An insulin pump allows the replacement of slow-acting insulin for basal needs with a continuous infusion of rapid-acting insulin. By using an insulin pump, the patient can typically match the dosage of insulin to lifestyle and activities, rather than adjusting those to the body’s response to insulin injections. The advantages of using an insulin pump include the fact that it replaces the need for periodic injections by delivering rapid-acting insulin continuously throughout the day via a catheter, which greatly simplifies the management of diabetes.
There are two basic types of insulin pumps, one is used as an external device and the other is implanted. Both types currently pose hazards to patients referred to MRI procedures. For an external insulin pump, in general, the device typically needs to be removed and kept out of the MRI environment to ensure that there is no adverse impact on the functionality of the external pump. The information below provides examples of MRI information for several, commonly used insulin pumps.
Insulin Pumps, Animas Corporation
This MRI information pertains to the following insulin pumps from the Animas Corporation:
- Animas 2020 Insulin Pump
- IR Animas 1200
- IR 1000 Insulin Pump
- IR 1100 Insulin Pump
- IR 1200 Insulin Pump
- OneTouch Ping Insulin Pump
Each insulin pump indicated above should not be exposed to very strong electromagnetic fields, such as MRIs, RF welders, or magnets used to pick up automobiles. Very strong magnetic fields, such as that associated with MRI, can “magnetize” the portion of the insulin pump’s motor that regulates insulin delivery and, thus, damage the device.
For the patient: If you plan to undergo an MRI, remove the insulin pump beforehand and keep it outside of the MR system room during the procedure.
If the pump is accidentally allowed into the MR system room, disconnect the pump immediately and contact Animas Pump Support for important instructions.
Precautions: If you are going to have diagnostic or surgical procedures that expose you to X-ray, CT scan, MRI or any other type of radiation therapy, you may need to remove your insulin pump (and meter-remote), and place them outside of the treatment area. For specific procedure information please refer to the instructions for use that accompanied your insulin pump. Consult your healthcare professional for direction in maintaining your blood glucose levels during these type of procedures.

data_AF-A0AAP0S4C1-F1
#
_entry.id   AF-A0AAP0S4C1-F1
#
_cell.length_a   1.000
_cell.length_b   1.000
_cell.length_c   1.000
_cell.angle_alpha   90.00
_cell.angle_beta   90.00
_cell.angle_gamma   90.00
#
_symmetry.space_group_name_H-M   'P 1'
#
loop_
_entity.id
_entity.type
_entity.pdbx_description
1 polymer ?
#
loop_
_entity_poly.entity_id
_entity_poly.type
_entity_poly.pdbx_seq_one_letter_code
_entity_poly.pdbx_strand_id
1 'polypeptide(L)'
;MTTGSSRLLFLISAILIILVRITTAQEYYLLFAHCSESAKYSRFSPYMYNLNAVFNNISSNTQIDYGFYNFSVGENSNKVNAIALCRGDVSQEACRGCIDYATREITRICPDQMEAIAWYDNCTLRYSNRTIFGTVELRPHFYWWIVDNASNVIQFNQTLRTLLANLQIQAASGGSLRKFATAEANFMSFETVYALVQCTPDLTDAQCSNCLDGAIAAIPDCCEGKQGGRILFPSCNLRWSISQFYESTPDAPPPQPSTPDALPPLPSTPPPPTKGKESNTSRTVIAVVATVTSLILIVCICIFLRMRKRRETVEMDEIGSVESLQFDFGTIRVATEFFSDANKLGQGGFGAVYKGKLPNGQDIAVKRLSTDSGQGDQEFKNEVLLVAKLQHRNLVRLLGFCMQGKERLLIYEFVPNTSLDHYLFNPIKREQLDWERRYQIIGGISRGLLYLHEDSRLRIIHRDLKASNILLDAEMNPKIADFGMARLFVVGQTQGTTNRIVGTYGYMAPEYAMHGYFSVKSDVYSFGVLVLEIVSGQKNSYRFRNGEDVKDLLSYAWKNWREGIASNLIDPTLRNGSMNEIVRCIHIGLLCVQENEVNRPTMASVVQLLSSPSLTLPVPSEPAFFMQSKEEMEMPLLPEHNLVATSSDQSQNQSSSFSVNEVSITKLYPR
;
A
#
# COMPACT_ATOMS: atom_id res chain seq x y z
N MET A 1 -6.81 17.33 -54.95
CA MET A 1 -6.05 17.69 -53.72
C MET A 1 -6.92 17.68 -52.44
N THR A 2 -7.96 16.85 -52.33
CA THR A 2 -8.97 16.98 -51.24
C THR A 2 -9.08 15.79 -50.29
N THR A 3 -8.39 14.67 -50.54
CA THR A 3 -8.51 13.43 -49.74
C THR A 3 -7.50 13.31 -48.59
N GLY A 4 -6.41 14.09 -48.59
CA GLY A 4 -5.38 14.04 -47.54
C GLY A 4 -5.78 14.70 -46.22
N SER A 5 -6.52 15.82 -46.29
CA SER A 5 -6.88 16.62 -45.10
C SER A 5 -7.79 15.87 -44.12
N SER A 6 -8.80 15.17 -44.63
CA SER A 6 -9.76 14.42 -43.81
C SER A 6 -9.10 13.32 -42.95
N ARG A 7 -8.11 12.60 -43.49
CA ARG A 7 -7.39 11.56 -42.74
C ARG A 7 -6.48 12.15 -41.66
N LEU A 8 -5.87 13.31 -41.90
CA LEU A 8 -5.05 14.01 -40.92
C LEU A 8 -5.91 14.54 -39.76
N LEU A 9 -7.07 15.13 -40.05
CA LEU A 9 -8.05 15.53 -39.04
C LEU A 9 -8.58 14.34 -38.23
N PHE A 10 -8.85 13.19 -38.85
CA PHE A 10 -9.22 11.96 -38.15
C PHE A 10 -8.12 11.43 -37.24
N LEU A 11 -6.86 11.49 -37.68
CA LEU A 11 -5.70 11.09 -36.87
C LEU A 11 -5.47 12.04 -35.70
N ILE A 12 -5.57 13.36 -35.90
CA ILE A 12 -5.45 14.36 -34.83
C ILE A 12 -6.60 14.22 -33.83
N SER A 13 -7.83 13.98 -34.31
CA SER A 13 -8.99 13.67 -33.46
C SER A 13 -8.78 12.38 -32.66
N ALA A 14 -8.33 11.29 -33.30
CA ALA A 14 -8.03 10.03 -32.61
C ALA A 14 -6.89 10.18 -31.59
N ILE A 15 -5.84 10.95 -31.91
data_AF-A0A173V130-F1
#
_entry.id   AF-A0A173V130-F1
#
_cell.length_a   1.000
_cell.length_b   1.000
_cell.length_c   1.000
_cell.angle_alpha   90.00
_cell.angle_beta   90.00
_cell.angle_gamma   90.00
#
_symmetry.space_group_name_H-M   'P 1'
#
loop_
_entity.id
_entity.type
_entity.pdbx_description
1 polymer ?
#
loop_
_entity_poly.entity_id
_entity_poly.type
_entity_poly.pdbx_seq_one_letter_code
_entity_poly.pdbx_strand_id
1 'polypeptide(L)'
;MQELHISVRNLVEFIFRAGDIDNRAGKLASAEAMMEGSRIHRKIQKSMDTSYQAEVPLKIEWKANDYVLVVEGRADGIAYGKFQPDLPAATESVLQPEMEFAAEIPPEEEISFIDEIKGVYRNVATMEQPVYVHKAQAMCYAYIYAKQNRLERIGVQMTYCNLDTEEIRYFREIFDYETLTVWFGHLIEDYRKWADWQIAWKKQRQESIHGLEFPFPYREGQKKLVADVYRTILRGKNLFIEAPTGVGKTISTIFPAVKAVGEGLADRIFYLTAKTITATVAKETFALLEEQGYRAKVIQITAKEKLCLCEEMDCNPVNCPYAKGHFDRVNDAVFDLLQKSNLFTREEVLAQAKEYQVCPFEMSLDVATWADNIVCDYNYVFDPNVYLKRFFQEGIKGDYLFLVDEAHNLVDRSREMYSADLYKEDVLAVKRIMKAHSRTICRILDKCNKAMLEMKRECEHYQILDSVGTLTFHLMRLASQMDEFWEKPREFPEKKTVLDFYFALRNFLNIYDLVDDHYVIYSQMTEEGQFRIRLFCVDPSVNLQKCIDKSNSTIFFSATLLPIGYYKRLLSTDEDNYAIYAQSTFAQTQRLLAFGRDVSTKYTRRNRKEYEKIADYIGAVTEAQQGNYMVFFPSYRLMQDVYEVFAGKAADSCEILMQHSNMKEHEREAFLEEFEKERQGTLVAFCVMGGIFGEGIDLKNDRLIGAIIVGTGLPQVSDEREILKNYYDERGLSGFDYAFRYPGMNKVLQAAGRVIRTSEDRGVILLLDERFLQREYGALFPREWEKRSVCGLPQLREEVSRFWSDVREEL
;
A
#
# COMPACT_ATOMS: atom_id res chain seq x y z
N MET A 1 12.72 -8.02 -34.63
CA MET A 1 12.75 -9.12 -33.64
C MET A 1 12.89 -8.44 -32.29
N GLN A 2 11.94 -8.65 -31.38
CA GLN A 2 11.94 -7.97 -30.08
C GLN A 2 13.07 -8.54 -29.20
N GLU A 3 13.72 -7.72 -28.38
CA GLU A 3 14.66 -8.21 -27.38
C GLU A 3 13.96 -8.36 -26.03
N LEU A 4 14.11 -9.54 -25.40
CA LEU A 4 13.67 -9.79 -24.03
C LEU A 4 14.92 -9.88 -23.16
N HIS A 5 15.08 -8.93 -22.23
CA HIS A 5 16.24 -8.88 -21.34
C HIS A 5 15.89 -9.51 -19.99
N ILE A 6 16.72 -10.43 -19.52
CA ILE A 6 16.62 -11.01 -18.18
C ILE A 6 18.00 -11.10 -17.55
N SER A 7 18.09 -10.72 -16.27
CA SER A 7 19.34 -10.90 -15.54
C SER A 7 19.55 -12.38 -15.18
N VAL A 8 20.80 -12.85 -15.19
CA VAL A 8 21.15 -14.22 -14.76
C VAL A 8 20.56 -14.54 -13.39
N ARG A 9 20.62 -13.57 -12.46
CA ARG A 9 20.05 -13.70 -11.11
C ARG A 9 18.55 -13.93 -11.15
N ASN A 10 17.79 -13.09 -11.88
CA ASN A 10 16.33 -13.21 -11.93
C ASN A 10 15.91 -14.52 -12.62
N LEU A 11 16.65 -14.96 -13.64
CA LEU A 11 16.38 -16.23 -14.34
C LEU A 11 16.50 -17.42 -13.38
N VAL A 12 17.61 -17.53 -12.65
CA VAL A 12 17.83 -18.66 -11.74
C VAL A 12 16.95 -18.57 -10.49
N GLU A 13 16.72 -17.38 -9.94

For the Healthcare Professional: Do not bring the insulin pump into the MR system at any time. If the pump is accidentally allowed into the MR system room, disconnect the pump immediately and contact Animas Pump Support for important instructions.
Cozmo Pump, Infusion Pump, Smiths Medical
According to the User Manual for the Cozmo Pump which is a device used to administer insulin, the following is stated regarding MRI:
Caution: Avoid strong electromagnetic fields, like those present with Magnetic Resonance Imaging (MRI) and direct x-ray, as they can affect how the pump works. If you cannot avoid them, you must take the pump off.
Medtronic MiniMed 2007 Implantable Insulin Pump System, Medtronic, Inc.
The Medtronic 2007 Implantable Insulin Pump System may offer treatment advantages for diabetes patients who have difficulty maintaining consistent glycemic control. Patients that have not responded well to intensive insulin therapy, including multiple daily insulin injections or continuous subcutaneous insulin infusion using an external pump, may be primary candidates for the Medtronic MiniMed 2007 System. The Medtronic MiniMed 2007 System delivers insulin into the peritoneal cavity in short, frequent bursts or “pulses”, similar to how pancreatic beta cells secrete insulin.
The Medtronic MiniMed 2007 Implantable Insulin Pump is designed to withstand common electrostatic and electromagnetic interference but must be removed prior to undergoing an MR procedure. Any magnetic field exceeding 600 gauss will interfere with the proper functioning of the pump for as long as the pump remains in that field. Fields much higher than that, such as those emitted by an MR system, may cause irreparable damage to the pump.